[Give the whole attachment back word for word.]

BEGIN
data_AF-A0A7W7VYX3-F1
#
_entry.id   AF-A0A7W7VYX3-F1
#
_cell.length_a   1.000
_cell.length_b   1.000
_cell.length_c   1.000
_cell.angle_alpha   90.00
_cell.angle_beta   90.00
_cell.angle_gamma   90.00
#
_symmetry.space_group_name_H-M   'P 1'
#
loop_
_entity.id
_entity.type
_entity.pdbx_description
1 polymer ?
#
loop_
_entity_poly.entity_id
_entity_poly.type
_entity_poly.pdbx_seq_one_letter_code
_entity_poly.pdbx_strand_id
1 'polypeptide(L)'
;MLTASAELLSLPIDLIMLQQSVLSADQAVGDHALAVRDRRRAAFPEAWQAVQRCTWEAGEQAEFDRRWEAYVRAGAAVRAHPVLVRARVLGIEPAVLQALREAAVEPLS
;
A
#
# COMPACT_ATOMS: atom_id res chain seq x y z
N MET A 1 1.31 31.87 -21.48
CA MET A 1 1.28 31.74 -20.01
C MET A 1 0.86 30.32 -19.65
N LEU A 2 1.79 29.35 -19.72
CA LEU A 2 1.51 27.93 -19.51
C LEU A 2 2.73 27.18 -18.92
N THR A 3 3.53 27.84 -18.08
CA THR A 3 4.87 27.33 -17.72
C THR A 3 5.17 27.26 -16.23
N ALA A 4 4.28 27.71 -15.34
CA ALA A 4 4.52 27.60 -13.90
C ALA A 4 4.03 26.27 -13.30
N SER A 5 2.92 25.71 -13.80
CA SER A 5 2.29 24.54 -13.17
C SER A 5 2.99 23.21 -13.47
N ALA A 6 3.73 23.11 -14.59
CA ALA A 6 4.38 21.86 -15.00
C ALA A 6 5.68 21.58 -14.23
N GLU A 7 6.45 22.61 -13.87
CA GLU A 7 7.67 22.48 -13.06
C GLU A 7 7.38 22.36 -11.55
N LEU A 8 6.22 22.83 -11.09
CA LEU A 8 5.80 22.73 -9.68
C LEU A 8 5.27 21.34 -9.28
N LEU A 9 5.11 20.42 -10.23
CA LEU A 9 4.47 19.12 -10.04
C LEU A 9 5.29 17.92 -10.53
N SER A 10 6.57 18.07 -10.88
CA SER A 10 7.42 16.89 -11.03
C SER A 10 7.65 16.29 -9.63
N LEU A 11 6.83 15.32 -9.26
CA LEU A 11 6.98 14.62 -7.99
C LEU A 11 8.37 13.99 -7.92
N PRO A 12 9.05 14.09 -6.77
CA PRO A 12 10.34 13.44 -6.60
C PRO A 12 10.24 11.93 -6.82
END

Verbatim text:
data_AF-A0A7W7VYX3-F1
#
_entry.id   AF-A0A7W7VYX3-F1
#
_cell.length_a   1.000
_cell.length_b   1.000
_cell.length_c   1.000
_cell.angle_alpha   90.00
_cell.angle_beta   90.00
_cell.angle_gamma   90.00
#
_symmetry.space_group_name_H-M   'P 1'
#
loop_
_entity.id
_entity.type
_entity.pdbx_description
1 polymer ?
#
loop_
_entity_poly.entity_id
_entity_poly.type
_entity_poly.pdbx_seq_one_letter_code
_entity_poly.pdbx_strand_id
1 'polypeptide(L)'
;MLTASAELLSLPIDLIMLQQSVLSADQAVGDHALAVRDRRRAAFPEAWQAVQRCTWEAGEQAEFDRRWEAYVRAGAAVRAHPVLVRARVLGIEPAVLQALREAAVEPLS
;
A
#
# COMPACT_ATOMS: atom_id res chain seq x y z
N MET A 1 1.31 31.87 -21.48
CA MET A 1 1.28 31.74 -20.01
C MET A 1 0.86 30.32 -19.65
N LEU A 2 1.79 29.35 -19.72
CA LEU A 2 1.51 27.93 -19.51
C LEU A 2 2.73 27.18 -18.92
N THR A 3 3.53 27.84 -18.08
CA THR A 3 4.87 27.33 -17.72
C THR A 3 5.17 27.26 -16.23
N ALA A 4 4.28 27.71 -15.34
CA ALA A 4 4.52 27.60 -13.90
C ALA A 4 4.03 26.27 -13.30
N SER A 5 2.92 25.71 -13.80
CA SER A 5 2.29 24.54 -13.17
C SER A 5 2.99 23.21 -13.47
N ALA A 6 3.73 23.11 -14.59
CA ALA A 6 4.38 21.86 -15.00
C ALA A 6 5.68 21.58 -14.23
N GLU A 7 6.45 22.61 -13.87
CA GLU A 7 7.67 22.48 -13.06
C GLU A 7 7.38 22.36 -11.55
N LEU A 8 6.22 22.83 -11.09
CA LEU A 8 5.80 22.73 -9.68
C LEU A 8 5.27 21.34 -9.28
N LEU A 9 5.11 20.42 -10.23
CA LEU A 9 4.47 19.12 -10.04
C LEU A 9 5.29 17.92 -10.53
N SER A 10 6.57 18.07 -10.88
CA SER A 10 7.42 16.89 -11.03
C SER A 10 7.65 16.29 -9.63
N LEU A 11 6.83 15.32 -9.26
CA LEU A 11 6.98 14.62 -7.99
C LEU A 11 8.37 13.99 -7.92
N PRO A 12 9.05 14.09 -6.77
CA PRO A 12 10.34 13.44 -6.60
C PRO A 12 10.24 11.93 -6.82